• Body Positioning:

  • People with decreased movement may be more vulnerable to congestion because lying down makes it harder for the body to remove mucus.
  • Structural problems within the sinuses:

  • These may include polyps, a deviated septum, narrowing of the ducts, tumors, or an extra pocket.
  • Health conditions that reduce mucosal transport:

  • Cystic fibrosis and biliary dyskinesia are two examples of gallbladder diseases.
  • Diagnosis:

  • Nasal congestion is diagnosed by a doctor based on the symptoms and a physical examination. To assess the source of your congestion, the doctor will inspect your nose, neck, and mouth. An otolaryngologist (ENT doctor) can examine your nose using a flexible light called an endoscope. If a physical obstruction is seen or assumed, a CT scan may be necessary. A doctor can use tests such as an X-ray or a throat culture (a test that analyses substances in the back of the throat) to rule out other medical problems in unusual cases that could be causing the congestion.
  • Treatment:

  • Once your doctor has determined the cause of your chronic nasal congestion, they can recommend a treatment plan. Treatment plans often include over-the-counter or prescription medications to resolve or relieve symptoms. Nasal congestion is treated with the following medications:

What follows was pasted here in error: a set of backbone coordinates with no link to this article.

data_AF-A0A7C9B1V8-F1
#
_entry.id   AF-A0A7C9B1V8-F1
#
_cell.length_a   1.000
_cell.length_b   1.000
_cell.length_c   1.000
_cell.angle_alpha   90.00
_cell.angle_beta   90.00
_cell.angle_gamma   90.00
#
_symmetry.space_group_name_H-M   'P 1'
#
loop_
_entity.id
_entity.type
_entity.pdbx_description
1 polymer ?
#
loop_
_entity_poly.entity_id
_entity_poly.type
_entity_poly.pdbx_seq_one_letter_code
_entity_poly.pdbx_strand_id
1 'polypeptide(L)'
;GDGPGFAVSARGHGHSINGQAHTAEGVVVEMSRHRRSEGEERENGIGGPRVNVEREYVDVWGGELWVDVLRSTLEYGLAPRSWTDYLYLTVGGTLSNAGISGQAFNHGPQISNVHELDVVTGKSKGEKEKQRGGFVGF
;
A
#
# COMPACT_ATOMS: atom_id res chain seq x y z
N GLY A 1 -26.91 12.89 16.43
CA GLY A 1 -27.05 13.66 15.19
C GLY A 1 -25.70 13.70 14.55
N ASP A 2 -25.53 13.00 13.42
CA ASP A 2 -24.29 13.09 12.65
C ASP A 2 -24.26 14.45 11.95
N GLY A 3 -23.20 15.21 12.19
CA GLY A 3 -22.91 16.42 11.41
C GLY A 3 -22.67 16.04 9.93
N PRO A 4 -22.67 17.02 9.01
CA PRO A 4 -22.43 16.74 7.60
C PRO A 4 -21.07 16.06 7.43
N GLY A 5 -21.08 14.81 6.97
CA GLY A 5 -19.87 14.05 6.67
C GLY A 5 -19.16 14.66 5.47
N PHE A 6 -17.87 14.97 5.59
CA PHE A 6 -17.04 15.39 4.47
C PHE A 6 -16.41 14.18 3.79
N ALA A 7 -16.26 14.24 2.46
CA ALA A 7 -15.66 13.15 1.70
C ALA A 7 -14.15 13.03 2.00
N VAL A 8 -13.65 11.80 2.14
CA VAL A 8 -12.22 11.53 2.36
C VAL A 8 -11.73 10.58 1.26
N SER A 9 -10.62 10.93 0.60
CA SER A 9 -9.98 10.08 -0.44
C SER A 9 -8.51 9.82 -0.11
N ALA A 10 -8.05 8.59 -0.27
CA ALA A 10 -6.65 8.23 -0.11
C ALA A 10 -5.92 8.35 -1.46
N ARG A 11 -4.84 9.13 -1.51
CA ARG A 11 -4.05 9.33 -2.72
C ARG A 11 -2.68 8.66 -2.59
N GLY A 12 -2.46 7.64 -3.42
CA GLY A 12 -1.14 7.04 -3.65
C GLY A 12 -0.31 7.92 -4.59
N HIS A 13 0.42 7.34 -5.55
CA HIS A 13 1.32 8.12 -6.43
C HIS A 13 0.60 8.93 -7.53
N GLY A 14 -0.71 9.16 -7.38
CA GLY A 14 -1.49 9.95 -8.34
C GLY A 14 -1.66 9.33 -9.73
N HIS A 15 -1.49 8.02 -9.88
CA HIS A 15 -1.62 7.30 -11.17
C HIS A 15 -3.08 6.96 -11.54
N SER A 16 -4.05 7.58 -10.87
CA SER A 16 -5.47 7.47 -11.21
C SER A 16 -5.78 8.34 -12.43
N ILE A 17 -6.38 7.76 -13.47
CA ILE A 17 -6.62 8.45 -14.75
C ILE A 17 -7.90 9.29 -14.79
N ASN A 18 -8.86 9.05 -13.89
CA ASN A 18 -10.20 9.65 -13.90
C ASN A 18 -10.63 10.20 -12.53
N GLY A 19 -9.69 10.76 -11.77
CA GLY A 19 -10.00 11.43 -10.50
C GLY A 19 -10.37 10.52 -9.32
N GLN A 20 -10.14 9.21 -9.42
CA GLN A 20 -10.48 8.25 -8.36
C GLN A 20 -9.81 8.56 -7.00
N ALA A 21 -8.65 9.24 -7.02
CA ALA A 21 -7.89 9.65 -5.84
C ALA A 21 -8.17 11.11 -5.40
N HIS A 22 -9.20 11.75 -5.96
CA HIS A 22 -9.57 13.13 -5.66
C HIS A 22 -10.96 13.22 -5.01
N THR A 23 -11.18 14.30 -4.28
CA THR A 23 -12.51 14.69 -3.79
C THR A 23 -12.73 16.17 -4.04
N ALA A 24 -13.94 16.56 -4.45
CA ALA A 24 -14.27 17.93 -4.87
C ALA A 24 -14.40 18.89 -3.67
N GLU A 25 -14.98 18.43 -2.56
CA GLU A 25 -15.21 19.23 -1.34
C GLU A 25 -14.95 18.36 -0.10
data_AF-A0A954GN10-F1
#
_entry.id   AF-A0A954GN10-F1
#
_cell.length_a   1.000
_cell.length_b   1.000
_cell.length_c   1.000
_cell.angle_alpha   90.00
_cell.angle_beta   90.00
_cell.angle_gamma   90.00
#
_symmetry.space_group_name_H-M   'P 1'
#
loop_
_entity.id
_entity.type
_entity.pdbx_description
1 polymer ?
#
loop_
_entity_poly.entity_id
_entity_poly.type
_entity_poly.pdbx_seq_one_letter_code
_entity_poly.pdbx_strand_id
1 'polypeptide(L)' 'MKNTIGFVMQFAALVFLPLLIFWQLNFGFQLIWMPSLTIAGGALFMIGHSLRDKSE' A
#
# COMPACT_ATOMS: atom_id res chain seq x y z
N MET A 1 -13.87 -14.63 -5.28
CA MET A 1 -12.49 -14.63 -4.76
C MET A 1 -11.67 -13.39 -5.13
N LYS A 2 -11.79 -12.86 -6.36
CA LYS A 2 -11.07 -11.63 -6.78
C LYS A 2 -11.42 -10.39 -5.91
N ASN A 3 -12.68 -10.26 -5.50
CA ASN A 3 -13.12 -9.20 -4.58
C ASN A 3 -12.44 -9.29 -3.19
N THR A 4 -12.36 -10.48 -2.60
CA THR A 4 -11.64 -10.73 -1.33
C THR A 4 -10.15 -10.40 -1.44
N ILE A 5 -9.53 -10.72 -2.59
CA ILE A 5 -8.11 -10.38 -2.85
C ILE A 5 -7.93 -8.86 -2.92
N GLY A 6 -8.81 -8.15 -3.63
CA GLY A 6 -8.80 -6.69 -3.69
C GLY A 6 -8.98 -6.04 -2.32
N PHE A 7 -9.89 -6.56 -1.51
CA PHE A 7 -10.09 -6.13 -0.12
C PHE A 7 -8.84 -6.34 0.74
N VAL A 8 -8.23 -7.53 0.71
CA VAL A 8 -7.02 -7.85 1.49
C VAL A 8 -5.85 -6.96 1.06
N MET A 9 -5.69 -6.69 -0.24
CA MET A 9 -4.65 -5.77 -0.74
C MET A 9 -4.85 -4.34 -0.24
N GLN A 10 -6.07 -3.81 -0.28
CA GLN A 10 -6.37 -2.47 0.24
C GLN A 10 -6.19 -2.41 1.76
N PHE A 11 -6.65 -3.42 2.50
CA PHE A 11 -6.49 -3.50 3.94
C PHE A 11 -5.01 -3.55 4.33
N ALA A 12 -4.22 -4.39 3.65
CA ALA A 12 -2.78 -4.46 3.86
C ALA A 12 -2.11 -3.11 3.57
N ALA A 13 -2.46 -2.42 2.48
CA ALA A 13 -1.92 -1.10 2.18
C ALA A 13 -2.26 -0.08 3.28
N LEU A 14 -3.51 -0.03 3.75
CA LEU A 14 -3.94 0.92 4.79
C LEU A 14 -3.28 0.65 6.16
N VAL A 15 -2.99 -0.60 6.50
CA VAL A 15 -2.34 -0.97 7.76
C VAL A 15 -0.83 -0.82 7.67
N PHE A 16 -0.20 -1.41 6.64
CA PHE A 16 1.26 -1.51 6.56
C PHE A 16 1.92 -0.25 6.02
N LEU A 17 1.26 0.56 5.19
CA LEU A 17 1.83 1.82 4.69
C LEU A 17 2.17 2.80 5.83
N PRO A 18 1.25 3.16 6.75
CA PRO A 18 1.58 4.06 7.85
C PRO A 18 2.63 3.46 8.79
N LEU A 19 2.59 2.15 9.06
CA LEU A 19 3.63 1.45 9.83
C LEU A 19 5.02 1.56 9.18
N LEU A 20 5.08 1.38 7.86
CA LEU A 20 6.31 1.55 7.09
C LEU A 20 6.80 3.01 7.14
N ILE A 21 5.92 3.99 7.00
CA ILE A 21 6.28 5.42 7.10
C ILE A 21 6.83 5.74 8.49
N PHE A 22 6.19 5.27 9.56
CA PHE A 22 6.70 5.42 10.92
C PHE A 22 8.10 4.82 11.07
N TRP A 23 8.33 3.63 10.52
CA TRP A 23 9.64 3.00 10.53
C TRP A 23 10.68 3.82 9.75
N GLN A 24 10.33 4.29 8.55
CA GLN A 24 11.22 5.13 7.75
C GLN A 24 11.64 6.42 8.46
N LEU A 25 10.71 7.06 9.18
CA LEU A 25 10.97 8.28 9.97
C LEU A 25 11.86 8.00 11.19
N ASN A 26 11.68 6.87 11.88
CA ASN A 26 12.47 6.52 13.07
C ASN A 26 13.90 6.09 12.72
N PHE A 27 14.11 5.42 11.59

• Antihistamines, such as loratadine (Claritin) and cetirizine, are used to treat allergies (Zyrtec).
    • Nasal sprays containing antihistamines including azelastine (Astelin, Astepro).
    • Mometasone (Asmanex Twisthaler) and fluticasone (Asmanex Twisthaler) are nasal steroids (Flovent Diskus, Flovent HFA).
    • Antibiotics.
    • Over-the-counter or prescription decongestants.
    • If you have nasal tumors or polyps in your nasal passages or sinuses that prevent mucus from draining, your doctor may recommend surgery to remove them.
  • The best way to clear congestion largely depends on its cause. Some options include:
    • If a bacterial infection is a cause, antibiotics should be taken orally or topically.
    • Nasal corticosteroid sprays
    • Medications to thin mucus
    • Immunotherapy
    • Corrective surgery

    When to visit a Doctor?

  • Sometimes home remedies are not enough to relieve congestion, especially if your symptoms are caused by another health condition. In this case, you may need medical treatment, especially if your condition is painful and interferes with your daily activities.